Wellness

Meet the Eco-Activists Making Environmentalism More Inclusive

Photograph by Alexa Miller Gallo

THE MINIMALIST

Meet the Eco-Activists Making
Environmentalism More Inclusive

Andrea Arria-Devoe

Andrea Arria-Devoe, a longtime editor at Daily Candy, is the executive producer of Straws, a documentary about how ditching plastic straws can make a massive difference to the environment. She is also on the Executive Advisory Board of Plastic Pollution Coalition. In her column for goop, Arria-Devoe explores everything from countertop composting and shopping bulk to environmental justice and shade equity.

In the wake of the protests over the murder of George Floyd, Ventura, California–based sustainability writer and activist Leah Thomas (above) posted a pledge on her Instagram account (@greengirlleah) calling on environmentalists to support Black Lives Matter and to stop ignoring the intersections between the environment and social justice.

Originally from St. Louis, Missouri, ten minutes from Ferguson, where Michael Brown was killed in 2014, twenty-five-year-old Thomas had been advocating for intersectional environmentalism since her days as an environmental science and policy major. She felt a huge disconnect studying the climate crisis with zero inclusion in her coursework of environmental racism. For instance, toxic facilities like coal-powered plants and incinerators located in low-income neighborhoods put Black and Brown communities disproportionately at risk for health issues like asthma and cancer.

Environmentalists for Black Lives Matter

When Thomas’s post went viral, it seemed that the sustainability community at large was finally ready to look at the direct correlation between the poor treatment of people and the degradation of the planet. With a team of eco-activists, she quickly launched the Intersectional Environmentalist platform.

Environmentalists for Black Lives Matter

Creating a place for people to go to educate themselves was the site’s first intention. “I was getting so many messages asking me about next steps and what books and scientific articles to read,” says Thomas. “I felt obligated and ready to provide additional resources.”

The platform currently highlights six communities (Black, Latinx, US Indigenous, LGBQT2S+, South Asian, and Allies) with the aim of showing how different ideologies and cultural backgrounds can influence a person’s relationship to nature. Those wishing to learn (or unlearn) will find books, articles, and research documenting the ways environmental hazards—like poor air and water quality—are devastating BIPOC communities. [Editor’s note: We’ve had the honor of interviewing some of the featured authors, including Rhiana Gunn-Wright, Harriet A. Washington, and Ibram X. Kendi, on The goop Podcast.]

You’ll also find links to works such as Camille T. Dungy’s Black Nature, an anthology of poetry by African Americans about their experiences with the land. The site succeeds at making heavy subject matter feel accessible with eye-catching graphics and different topics of interest, including waste, fashion, agriculture, and beauty.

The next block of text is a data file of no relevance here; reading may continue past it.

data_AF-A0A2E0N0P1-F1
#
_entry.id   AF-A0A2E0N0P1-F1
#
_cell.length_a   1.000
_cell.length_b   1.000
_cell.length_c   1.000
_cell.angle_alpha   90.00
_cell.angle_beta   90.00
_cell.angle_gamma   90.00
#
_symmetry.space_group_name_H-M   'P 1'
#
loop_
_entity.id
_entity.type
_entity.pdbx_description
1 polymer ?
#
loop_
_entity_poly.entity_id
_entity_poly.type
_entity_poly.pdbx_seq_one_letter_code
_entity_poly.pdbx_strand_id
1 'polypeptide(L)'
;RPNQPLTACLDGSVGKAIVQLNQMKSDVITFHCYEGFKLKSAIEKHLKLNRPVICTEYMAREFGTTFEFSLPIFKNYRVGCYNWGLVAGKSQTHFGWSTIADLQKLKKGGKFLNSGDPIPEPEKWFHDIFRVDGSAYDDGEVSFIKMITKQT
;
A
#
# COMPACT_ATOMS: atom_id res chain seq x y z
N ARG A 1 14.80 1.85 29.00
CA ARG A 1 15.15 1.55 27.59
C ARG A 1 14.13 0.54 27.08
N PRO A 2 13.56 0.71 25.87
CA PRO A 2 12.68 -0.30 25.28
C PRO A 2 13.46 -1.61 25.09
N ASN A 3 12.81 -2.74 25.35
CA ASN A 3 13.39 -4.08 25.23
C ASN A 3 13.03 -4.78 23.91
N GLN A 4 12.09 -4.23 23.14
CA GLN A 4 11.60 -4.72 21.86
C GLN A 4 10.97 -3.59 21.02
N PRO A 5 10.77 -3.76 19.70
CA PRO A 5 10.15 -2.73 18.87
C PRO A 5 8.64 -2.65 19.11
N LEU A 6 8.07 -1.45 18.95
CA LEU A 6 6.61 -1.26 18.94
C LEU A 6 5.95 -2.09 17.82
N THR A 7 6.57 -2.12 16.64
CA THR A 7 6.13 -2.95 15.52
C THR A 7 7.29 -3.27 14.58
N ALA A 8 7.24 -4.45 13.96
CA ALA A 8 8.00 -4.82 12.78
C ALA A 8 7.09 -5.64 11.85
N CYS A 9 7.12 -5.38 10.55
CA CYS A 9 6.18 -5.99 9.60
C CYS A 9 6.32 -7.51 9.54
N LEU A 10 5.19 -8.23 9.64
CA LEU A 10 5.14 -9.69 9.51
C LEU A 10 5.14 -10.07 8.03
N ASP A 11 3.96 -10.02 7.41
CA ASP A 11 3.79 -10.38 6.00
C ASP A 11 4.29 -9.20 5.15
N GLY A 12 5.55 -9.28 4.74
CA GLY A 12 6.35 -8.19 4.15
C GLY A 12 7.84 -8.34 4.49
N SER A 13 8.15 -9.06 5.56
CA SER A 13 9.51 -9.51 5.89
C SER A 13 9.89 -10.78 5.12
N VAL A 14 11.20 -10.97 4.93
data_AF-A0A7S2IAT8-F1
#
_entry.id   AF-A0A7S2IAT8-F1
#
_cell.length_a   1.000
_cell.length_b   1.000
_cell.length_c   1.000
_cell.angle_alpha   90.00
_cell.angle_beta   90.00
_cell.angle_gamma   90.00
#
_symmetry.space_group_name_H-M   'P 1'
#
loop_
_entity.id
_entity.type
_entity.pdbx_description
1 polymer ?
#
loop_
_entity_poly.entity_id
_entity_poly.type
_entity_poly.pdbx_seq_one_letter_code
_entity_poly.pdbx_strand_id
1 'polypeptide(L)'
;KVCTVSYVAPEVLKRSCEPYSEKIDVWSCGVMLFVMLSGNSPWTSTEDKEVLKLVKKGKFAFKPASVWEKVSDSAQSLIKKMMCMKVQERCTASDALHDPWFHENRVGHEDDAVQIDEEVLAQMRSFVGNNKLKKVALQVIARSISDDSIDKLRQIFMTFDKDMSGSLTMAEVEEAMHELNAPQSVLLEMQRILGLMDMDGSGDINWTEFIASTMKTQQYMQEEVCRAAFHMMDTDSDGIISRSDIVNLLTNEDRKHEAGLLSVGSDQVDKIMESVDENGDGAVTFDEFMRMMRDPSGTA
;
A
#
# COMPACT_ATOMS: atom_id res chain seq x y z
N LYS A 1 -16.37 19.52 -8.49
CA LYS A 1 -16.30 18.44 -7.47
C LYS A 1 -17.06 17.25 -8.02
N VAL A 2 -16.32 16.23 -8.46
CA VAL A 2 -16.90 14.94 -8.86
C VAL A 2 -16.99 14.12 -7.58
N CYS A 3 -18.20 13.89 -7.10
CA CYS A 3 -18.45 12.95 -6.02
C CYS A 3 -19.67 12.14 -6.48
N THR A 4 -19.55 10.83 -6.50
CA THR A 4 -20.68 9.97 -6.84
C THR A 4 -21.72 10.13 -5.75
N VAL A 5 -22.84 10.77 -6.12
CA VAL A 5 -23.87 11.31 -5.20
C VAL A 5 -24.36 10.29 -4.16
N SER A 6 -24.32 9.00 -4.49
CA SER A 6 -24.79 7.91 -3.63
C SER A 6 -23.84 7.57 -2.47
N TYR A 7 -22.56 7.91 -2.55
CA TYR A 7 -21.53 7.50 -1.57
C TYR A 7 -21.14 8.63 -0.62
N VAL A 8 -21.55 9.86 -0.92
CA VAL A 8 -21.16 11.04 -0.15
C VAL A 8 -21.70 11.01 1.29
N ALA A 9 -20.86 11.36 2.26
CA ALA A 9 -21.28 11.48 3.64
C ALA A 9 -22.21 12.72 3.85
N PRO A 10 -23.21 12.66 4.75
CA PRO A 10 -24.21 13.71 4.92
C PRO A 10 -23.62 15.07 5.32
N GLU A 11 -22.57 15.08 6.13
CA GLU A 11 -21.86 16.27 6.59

The platform’s second, more ambitious goal is to create an intersectional environmentalist certification program. Since the original post, more than 300 businesses in the sustainability space, as well as tech, food, and beauty, have expressed interest in partnership. Thomas and her cofounders, Diandra Marizet Esparza and Sabs Katz, realized that they needed to create some kind of accountability metric to help companies incorporate the tenets of intersectional environmentalism into their mission. Thomas says, “I saw so many incredible brands posting what I had written and saying they were taking the pledge,” says Thomas. “But I didn’t want there to be more greenwashing or Black Lives Matter–washing happening, where a lot of organizations share content and say they identify but don’t follow through with any internal work.”

Tapping into their shared experience working in corporate culture and with certifying bodies like Fair Trade Certified, 1% for the Planet, and B Corps, Thomas and her team realized that even those esteemed organizations didn’t have any metrics for diversity. “We saw it as an opportunity not to call people out but to call them in by providing tools for making an environmental organization inclusive and safe for people of color.”

The intersectional environmentalism accountability program’s parameters will be released shortly, and the team has created a diverse council of younger climate activists to help mentor companies through the process.

“We often see companies fail to partner with those who can consult on culturally relevant campaigns and initiatives, which leads to outpourings of valid criticism around cultural harm and tokenism,” says Esparza. “The accountability program will uncover the ways noninclusive work culture is perpetuated and will equip businesses with proper tools to know when—and how—to pass the mic.”

As individuals, amplifying the voices of people of color within the environmental movement is also one of the single most important actions we can take for making lasting and true change. “When people become aware of the of existence of environmental racism, the instinct is to go into savior mode,” says Thomas. “Don’t go into a community and say, ‘Let me fix this for you.’ Instead, ask, ‘How can I support the work you are already doing?’”

The platform is an excellent guidepost for identifying those BIPOC activists who are already fighting in their own communities. Supporting writers and artists bringing awareness to these issues is also a powerful action. And last but not least, simply sharing a post can bring attention to a particular environmental injustice.

“The future of environmentalism is intersectional and inclusive,” says Thomas. “It takes all of us to save the planet.”

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